In addition to microsatellite instability testing, immunohistochemistry (IHC) analysis of the HNPCC-associated proteins is also performed. Immunohistochemis-try currently assesses production of four mismatch repair proteins: MLH1, MSH2, MSH6, and PMS2. Absence of expression of any of these proteins, along with microsatellite instability, is strongly suggestive of HNPCC, and indicates that germline testing is warranted. By comparison, lack of instability and normal production of all HNPCC-associated gene products suggest that HNPCC is less likely, and germline testing is apt to be inconclusive.
Germline testing is available for all four of the HNPCC-associated genes, and as with BRCA1 and BRCA2 testing, peripheral blood is the preferred specimen.
Several different laboratories perform the testing, but the cost is still over $1000 per gene. The results of the immunohistochemistry help to guide the germline testing. Analysis generally begins with the gene whose protein product was absent on immunohistochemistry analysis, since it is the most likely site of mutation. Of all mutations detected, thus far approximately 90% have been found in MLH1 and MSH2.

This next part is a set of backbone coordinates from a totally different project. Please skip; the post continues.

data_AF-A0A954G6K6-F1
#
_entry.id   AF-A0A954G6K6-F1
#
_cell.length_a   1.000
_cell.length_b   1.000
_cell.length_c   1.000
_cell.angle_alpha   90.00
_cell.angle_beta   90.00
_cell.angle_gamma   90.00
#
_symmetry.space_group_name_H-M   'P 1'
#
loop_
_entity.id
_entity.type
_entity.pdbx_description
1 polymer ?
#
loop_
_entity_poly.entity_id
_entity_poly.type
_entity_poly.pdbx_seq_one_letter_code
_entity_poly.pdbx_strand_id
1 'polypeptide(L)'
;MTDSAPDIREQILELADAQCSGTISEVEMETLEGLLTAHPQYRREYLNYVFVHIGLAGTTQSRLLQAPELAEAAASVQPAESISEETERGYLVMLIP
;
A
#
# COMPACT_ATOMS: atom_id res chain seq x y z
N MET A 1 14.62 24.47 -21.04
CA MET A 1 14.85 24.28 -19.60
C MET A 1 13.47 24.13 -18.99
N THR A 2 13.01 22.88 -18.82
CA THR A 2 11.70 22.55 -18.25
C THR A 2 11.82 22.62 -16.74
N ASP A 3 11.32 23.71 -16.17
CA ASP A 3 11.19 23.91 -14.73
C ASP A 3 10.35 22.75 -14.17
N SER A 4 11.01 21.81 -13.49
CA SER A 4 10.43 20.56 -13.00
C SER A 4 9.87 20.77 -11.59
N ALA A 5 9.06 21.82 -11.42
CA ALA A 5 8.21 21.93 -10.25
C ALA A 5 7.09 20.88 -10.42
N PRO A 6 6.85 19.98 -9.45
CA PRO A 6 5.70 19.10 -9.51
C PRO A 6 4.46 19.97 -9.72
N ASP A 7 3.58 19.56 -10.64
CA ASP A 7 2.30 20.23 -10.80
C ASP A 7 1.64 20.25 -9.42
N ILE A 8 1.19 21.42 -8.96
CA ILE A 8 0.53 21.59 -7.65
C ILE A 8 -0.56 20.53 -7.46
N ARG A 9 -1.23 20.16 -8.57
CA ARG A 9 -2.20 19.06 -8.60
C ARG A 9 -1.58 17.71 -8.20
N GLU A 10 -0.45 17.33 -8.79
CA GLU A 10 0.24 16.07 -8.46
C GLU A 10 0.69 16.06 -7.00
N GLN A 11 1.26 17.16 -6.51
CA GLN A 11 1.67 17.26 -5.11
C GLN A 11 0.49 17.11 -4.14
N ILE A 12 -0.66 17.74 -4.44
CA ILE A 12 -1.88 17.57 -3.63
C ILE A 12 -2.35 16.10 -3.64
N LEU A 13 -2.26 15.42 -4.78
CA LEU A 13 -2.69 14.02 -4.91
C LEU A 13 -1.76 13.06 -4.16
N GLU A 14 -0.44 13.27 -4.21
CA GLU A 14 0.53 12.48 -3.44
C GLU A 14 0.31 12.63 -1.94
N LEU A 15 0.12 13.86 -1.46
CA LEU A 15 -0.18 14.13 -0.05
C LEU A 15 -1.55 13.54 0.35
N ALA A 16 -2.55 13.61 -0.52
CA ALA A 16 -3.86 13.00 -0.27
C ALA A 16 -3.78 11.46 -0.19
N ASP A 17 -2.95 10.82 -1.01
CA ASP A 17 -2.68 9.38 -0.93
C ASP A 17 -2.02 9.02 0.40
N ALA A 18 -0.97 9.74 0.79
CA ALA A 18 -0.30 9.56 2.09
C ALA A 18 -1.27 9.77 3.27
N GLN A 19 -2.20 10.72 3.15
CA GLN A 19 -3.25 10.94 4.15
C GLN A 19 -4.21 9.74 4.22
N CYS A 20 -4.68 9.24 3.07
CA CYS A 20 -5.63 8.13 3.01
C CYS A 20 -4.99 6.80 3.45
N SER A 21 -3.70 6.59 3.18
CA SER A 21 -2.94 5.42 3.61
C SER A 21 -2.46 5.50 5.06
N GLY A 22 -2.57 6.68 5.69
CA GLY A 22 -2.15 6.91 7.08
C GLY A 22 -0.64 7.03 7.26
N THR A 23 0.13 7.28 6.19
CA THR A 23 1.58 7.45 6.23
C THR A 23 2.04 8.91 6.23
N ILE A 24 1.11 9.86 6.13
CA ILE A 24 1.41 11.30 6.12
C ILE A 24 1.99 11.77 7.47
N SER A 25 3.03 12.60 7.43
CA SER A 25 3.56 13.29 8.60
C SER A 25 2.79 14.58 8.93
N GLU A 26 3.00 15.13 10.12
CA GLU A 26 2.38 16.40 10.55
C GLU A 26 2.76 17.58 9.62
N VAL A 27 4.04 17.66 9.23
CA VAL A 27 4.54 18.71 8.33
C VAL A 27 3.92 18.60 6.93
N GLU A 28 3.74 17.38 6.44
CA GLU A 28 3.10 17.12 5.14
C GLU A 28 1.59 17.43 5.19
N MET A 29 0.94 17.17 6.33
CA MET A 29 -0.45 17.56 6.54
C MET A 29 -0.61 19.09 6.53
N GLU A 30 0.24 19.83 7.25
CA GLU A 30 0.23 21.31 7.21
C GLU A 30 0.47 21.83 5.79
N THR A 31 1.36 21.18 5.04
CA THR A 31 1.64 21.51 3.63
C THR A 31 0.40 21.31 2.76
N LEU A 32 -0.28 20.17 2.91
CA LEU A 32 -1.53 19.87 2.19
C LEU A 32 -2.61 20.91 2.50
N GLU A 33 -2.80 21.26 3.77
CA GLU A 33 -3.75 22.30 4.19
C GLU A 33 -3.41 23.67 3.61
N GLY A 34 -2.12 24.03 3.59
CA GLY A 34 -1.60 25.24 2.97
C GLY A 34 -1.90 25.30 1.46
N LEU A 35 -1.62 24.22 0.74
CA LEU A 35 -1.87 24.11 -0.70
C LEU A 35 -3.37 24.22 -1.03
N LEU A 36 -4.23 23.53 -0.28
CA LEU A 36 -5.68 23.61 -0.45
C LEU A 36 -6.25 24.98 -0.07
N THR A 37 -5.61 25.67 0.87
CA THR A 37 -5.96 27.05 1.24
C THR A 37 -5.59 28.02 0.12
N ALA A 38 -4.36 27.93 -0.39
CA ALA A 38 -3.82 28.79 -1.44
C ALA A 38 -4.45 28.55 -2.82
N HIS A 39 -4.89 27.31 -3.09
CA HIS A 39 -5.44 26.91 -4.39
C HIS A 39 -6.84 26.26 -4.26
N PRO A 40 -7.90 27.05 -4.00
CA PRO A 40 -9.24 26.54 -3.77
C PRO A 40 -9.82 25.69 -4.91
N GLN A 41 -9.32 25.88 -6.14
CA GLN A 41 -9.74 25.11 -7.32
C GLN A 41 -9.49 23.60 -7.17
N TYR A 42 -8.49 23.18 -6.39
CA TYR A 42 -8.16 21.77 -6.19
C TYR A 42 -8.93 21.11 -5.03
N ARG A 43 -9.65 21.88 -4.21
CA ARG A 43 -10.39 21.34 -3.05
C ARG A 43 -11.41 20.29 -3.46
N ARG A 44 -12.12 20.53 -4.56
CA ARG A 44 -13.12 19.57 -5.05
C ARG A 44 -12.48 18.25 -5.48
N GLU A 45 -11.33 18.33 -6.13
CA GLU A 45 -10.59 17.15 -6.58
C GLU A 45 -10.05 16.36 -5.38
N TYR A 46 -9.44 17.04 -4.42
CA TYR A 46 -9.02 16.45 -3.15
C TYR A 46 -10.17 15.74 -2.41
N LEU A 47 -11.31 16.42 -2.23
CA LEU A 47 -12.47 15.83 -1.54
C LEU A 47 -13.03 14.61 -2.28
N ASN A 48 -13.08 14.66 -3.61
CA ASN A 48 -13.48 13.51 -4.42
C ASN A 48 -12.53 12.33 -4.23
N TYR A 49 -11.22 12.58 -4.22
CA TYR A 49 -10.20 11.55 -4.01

If a woman with ovarian cancer and a family history suggestive of HNPCC undergoes germline testing and a mutation is identified, the mutation likely genetically explains her cancer. It also indicates that she has an increased risk of colorectal cancer and other HNPCC-associated malignancies, including endometrial carcinoma, and her risk is modestly increased for cancer of the stomach, urinary tract, hepatobiliary tract, brain, and small intestine and for certain skin neoplasms.54 Depending on her prognosis, increased screening or consideration of cancer risk-reducing options may be indicated. In addition, it is possible to offer predictive genetic testing to other interested family members to identify those who are also at increased risk for HNPCC-associated cancers.
If no mutations are identified, and the woman does not have a BRCA1 or BRCA2 mutation or does not have the classic features of HNPCC, then her ovarian cancer is genetically unexplained. Possible explanations are that (1) there is a mutation in an HNPCC-associated gene that is not identifiable using current technology, (2) there is a mutation in an undiscovered gene, or (3) the ovarian cancer is due to a combination of many genetic and environmental factors. The woman's risk for a future malignancy—and cancer risk to her relatives—is based on her family history.